Sunday, December 28, 2008

Now That's ALDI Smart!

At first glance, Aldi customers are a strange and varied bunch. They bring their own bags, wagons, or suitcases into the store, they unload crates of food then stock the shelves and reuse the boxes, they bag their own groceries, and they never leave their carts in the middle of the parking lot. While the extra effort on the customer's part is largely to avoid paying five- to ten-cents per bag and to retrieve the 25-cent deposit required to use a cart, and the minimal services on the store's part save money, space, and labor, this economic business endeavor has become-- albeit inadvertently-- an environmental one as well.

Aldi is short for Albrecht Discount, named after owners and brothers Karl and Theo Albrecht. Based in Germany, Aldi is one of the largest grocers in the world. This discount chain now ranks among the top twenty five groceries in the United States, with Chicago being its largest American market. Aldi does not accept checks or credit cards, only cash, debit, or food stamps, as the former payment methods cost too much to process. Because the shopping experience is such a do-it-yourself endeavor, Aldi saves a great deal on labor and passes these savings on to the customers. Other, larger grocers employ baggers, stockers, and cart corralers, and conversely pass these added expense on to their customers.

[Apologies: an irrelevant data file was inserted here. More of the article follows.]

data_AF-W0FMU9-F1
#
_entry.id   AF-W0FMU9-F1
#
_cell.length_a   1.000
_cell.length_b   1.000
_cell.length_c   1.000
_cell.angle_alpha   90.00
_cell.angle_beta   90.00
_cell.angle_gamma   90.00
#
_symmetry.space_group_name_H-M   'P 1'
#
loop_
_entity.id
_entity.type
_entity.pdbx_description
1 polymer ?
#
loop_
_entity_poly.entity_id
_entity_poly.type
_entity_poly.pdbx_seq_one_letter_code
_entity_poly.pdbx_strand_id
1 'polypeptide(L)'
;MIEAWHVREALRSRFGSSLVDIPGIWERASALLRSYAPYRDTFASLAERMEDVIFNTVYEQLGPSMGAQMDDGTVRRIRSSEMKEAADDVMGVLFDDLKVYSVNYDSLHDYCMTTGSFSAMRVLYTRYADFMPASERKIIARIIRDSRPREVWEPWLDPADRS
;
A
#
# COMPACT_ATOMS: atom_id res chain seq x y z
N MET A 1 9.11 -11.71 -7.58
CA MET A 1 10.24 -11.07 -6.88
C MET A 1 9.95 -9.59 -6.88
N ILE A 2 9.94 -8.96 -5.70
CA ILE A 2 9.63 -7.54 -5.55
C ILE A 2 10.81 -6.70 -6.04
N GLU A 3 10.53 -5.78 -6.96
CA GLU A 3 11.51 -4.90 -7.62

With an inexpensive, yet varied (and tasty!) store brand, Aldi rarely stocks name brands or products other than their own. That said, they do sometimes carry brand-name products on special, such as Goose Island root beer or Ritz crackers. Finding such gems at exceptionally low prices is always a treat! While the Jewels and the Dominicks carry 35 times as many products, most of these are different brands of identical products, and this requires nearly four times the square footage and shelf space as the typical Aldi store.

Most of the stores I've been into are clean and unpretentious. This no-frills operation was years ahead of its time in the practice of charging for bags. It doesn't waste money on fancy displays, and rarely stocks more than it can sell, which significantly cuts down on the amount of food it throws away. I particularly like that these stores carry 90% of the products consumers buy most. The produce section is usually a pleasant surprise, and the meat department has improved greatly in recent years.

There are 157 Aldi stores in the Chicagoland area, and 31 of these are in the city itself. When I shop there, I rarely spend more than $25 on a week's worth of groceries. So if you haven't been into an Aldi before, grab a bag (and a quarter for the cart) and see for yourself what great deals await you. I would recommend staying away at the beginning of the month, though-- that's when the LINK/WIC people get their monthly government handouts-- the place is a madhouse. But do try and support this economically and environmentally efficient business model during the remaining three weeks of the month, and save up to 40% on your groceries. Now THAT'S Aldi smart!